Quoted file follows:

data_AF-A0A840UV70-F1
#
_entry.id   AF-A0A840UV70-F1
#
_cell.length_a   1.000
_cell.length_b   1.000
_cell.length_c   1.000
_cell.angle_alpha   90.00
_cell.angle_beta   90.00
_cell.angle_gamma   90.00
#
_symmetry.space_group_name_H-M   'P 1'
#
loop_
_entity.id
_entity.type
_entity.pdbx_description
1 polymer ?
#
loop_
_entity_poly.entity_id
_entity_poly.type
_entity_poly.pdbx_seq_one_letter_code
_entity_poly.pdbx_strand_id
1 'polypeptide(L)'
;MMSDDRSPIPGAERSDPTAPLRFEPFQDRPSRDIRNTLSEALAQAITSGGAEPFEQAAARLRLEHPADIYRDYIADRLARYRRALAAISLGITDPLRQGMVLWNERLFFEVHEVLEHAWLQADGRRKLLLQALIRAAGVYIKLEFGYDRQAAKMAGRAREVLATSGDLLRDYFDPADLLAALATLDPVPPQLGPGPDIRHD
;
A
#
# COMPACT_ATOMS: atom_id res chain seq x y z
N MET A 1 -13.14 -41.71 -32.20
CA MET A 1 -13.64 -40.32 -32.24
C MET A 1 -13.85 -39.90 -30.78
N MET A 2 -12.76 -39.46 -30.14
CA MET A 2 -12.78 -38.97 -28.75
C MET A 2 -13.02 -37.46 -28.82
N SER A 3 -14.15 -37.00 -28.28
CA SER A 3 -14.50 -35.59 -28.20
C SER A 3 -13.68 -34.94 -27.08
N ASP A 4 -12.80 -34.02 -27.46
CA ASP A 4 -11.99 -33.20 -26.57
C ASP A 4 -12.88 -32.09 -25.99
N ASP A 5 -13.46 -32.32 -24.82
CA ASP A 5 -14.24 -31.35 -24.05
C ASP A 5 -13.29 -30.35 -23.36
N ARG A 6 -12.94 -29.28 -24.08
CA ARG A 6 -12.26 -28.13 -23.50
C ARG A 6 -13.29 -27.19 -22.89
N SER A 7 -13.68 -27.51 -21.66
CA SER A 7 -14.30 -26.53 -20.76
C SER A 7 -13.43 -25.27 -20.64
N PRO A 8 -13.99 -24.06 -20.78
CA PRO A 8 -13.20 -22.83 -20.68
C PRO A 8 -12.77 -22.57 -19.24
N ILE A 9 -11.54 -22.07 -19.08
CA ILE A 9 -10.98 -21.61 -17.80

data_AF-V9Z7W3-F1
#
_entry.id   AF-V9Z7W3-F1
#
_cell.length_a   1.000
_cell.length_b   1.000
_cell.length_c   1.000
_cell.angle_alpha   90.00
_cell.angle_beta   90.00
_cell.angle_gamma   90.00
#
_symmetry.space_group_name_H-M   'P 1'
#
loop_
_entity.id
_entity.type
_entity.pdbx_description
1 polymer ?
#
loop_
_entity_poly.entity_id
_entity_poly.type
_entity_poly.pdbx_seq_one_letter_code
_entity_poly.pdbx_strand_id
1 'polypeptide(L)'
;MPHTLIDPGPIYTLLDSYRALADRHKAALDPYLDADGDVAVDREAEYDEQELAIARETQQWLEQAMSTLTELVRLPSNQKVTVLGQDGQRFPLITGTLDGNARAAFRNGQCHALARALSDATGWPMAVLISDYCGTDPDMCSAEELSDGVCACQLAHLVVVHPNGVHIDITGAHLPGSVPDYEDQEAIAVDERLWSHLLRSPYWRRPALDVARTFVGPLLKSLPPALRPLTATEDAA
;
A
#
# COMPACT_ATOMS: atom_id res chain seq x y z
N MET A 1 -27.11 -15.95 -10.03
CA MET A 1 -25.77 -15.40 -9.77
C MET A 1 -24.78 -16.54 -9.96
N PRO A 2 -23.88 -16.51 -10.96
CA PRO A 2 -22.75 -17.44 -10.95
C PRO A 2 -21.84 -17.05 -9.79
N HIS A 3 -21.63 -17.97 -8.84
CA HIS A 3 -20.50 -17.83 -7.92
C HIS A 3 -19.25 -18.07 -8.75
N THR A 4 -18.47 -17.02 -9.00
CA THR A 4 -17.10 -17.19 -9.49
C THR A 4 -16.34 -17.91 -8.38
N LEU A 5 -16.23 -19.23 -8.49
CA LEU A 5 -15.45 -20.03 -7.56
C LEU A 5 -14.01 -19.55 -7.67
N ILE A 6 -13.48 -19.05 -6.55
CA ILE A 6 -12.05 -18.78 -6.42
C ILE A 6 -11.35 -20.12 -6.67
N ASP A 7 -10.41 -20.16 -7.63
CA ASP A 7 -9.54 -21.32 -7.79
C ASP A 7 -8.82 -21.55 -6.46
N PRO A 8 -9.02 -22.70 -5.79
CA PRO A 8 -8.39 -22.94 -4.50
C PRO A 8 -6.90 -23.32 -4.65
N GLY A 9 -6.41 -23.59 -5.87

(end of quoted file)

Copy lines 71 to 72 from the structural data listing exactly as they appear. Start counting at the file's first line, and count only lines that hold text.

_entity.id
_entity.type